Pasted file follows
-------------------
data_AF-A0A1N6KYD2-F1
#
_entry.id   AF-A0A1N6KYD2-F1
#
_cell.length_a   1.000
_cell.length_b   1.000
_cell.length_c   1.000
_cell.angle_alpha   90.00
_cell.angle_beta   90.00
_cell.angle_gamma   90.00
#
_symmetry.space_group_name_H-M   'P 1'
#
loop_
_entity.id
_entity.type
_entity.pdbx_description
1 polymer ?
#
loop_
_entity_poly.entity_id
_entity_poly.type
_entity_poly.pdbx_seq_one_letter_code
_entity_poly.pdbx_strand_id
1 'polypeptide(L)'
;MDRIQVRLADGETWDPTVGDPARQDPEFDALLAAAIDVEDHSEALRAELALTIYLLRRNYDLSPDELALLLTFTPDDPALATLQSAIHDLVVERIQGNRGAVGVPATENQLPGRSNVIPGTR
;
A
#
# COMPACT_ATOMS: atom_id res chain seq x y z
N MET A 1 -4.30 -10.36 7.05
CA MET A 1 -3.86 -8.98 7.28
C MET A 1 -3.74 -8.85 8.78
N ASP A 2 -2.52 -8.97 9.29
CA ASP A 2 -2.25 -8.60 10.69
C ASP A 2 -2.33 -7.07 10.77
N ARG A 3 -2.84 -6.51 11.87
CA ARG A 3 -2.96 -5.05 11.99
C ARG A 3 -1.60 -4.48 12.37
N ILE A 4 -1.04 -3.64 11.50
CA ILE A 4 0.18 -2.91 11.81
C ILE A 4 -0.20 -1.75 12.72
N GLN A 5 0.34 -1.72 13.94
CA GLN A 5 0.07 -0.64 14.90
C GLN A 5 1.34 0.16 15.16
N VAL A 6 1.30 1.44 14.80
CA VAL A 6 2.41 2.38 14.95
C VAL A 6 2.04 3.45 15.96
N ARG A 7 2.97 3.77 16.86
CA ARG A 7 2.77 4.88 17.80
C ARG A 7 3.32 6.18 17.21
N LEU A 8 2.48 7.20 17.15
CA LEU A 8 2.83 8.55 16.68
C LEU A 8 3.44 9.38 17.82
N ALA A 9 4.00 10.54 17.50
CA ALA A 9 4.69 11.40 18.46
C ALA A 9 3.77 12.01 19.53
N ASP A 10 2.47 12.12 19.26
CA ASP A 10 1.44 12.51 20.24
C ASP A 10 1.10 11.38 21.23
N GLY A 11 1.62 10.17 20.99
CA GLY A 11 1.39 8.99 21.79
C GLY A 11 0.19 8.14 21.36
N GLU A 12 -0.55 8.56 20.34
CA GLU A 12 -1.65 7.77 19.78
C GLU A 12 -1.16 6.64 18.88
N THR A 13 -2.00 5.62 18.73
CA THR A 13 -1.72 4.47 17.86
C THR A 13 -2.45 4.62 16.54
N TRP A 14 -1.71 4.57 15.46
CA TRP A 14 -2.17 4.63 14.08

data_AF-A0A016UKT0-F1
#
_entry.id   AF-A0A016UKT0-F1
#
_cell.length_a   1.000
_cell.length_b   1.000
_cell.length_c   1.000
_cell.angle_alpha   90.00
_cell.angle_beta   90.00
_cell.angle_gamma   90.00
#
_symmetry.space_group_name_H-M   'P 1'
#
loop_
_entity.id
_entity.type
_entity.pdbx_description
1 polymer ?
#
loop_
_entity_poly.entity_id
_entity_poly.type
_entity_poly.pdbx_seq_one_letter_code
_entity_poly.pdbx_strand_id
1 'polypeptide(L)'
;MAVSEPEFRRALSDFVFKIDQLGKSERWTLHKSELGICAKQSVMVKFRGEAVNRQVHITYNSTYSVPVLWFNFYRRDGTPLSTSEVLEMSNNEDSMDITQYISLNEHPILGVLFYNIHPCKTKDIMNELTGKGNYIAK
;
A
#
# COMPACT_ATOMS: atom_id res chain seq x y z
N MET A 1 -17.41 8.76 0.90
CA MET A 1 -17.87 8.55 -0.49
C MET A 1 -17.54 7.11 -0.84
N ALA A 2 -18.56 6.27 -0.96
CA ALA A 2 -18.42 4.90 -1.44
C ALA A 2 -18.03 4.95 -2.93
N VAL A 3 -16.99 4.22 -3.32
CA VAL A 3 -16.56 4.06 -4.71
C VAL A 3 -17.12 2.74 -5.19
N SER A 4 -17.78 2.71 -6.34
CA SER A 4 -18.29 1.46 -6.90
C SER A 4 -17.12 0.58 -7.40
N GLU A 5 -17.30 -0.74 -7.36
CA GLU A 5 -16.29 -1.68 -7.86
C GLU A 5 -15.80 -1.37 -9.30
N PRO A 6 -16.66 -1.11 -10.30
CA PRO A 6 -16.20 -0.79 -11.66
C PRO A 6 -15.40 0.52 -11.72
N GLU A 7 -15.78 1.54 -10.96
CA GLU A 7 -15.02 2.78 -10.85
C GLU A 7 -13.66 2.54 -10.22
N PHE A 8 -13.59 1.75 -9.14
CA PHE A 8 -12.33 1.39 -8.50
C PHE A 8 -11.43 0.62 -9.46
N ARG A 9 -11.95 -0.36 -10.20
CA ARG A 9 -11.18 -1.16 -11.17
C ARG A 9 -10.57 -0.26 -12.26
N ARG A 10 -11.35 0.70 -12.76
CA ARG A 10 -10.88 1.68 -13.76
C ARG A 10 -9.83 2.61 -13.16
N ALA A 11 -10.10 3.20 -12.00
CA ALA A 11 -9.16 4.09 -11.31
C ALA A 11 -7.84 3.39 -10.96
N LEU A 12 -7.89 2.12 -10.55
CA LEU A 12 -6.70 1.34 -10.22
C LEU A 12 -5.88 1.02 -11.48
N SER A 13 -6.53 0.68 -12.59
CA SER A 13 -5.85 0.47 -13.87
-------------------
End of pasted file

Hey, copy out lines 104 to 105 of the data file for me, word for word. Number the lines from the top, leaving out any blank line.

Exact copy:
C MET A 1 -17.54 7.11 -0.84
N ALA A 2 -18.56 6.27 -0.96